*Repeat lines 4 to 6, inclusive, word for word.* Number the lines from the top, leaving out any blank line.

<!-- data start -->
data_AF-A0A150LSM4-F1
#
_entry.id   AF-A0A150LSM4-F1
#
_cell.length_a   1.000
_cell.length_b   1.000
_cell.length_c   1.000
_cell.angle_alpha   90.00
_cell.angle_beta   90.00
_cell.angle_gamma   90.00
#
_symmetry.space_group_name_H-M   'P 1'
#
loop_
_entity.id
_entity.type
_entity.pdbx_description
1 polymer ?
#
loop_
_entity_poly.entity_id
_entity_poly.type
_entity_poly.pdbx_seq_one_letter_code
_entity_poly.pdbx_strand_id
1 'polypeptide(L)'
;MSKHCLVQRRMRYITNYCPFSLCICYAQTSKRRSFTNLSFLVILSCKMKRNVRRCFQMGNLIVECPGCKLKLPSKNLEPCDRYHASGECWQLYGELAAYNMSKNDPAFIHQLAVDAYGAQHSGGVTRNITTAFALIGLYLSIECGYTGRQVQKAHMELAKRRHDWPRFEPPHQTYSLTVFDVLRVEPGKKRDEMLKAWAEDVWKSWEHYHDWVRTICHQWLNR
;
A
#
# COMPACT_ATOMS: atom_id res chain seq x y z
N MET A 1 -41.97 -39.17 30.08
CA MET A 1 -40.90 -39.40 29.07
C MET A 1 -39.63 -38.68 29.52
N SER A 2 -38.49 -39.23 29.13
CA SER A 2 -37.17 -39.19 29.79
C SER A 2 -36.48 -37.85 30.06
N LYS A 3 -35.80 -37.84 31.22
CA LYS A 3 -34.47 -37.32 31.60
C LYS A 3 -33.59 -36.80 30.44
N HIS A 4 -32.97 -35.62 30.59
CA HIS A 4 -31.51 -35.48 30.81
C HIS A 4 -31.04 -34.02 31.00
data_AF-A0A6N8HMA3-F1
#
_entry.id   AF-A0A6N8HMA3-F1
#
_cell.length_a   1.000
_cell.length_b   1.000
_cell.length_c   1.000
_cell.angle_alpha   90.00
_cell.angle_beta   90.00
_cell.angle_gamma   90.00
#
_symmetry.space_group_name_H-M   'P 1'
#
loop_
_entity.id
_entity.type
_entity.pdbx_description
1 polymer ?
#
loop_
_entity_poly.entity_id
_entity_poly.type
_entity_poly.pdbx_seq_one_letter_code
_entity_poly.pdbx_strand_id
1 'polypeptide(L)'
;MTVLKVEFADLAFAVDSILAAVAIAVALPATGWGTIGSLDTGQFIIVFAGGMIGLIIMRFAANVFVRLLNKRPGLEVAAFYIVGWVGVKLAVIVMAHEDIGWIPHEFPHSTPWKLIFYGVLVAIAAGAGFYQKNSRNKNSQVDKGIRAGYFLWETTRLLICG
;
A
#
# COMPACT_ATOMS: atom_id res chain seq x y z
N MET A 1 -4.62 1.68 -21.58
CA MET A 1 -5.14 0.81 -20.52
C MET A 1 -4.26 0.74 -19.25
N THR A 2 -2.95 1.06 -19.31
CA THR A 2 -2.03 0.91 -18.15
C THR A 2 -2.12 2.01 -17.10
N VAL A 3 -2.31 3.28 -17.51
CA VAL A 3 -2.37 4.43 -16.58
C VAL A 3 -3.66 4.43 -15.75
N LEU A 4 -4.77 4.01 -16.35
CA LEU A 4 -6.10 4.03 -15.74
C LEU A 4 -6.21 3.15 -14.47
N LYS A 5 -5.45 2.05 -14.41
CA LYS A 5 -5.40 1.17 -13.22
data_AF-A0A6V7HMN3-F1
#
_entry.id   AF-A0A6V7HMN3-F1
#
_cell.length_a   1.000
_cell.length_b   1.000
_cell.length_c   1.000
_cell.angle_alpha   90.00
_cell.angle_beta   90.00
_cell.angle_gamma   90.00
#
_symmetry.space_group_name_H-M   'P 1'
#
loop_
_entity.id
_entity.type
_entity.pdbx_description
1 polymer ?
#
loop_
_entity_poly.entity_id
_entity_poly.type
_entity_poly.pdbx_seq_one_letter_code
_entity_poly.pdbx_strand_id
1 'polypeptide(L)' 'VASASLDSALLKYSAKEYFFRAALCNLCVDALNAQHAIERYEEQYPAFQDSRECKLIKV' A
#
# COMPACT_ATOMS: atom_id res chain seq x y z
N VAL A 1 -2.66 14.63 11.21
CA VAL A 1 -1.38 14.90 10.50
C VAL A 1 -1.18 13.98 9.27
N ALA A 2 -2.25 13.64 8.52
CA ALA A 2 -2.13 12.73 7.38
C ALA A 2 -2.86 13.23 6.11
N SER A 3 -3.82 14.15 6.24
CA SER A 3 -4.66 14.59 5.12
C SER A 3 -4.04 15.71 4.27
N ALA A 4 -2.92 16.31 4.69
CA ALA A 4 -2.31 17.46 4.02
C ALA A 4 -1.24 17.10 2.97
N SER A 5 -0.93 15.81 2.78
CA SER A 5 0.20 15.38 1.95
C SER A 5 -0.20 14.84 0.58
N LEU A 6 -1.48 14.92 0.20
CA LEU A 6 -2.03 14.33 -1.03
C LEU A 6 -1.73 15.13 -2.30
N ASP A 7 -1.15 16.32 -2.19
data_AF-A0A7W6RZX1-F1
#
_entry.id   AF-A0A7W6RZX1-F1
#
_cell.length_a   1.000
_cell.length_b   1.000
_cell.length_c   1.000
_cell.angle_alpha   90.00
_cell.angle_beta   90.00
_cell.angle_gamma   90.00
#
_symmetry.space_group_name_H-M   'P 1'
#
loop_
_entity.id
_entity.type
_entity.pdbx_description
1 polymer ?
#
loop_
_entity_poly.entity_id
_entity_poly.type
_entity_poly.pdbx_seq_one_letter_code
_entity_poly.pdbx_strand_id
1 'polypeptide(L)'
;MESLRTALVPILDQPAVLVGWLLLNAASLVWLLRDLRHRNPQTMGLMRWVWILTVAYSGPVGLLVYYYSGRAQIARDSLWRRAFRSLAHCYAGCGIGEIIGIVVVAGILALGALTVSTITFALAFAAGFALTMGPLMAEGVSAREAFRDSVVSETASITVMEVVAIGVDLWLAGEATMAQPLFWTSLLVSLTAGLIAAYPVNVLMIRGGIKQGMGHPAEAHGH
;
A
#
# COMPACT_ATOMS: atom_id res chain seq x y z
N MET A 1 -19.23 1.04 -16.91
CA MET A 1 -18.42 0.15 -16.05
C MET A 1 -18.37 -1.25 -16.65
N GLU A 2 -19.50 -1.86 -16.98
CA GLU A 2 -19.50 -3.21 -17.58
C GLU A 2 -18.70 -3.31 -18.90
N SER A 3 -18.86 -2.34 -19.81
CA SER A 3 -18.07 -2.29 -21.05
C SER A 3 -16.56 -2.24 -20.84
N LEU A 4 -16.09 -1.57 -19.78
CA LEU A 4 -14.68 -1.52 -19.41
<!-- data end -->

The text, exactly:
#
_cell.length_a   1.000
_cell.length_b   1.000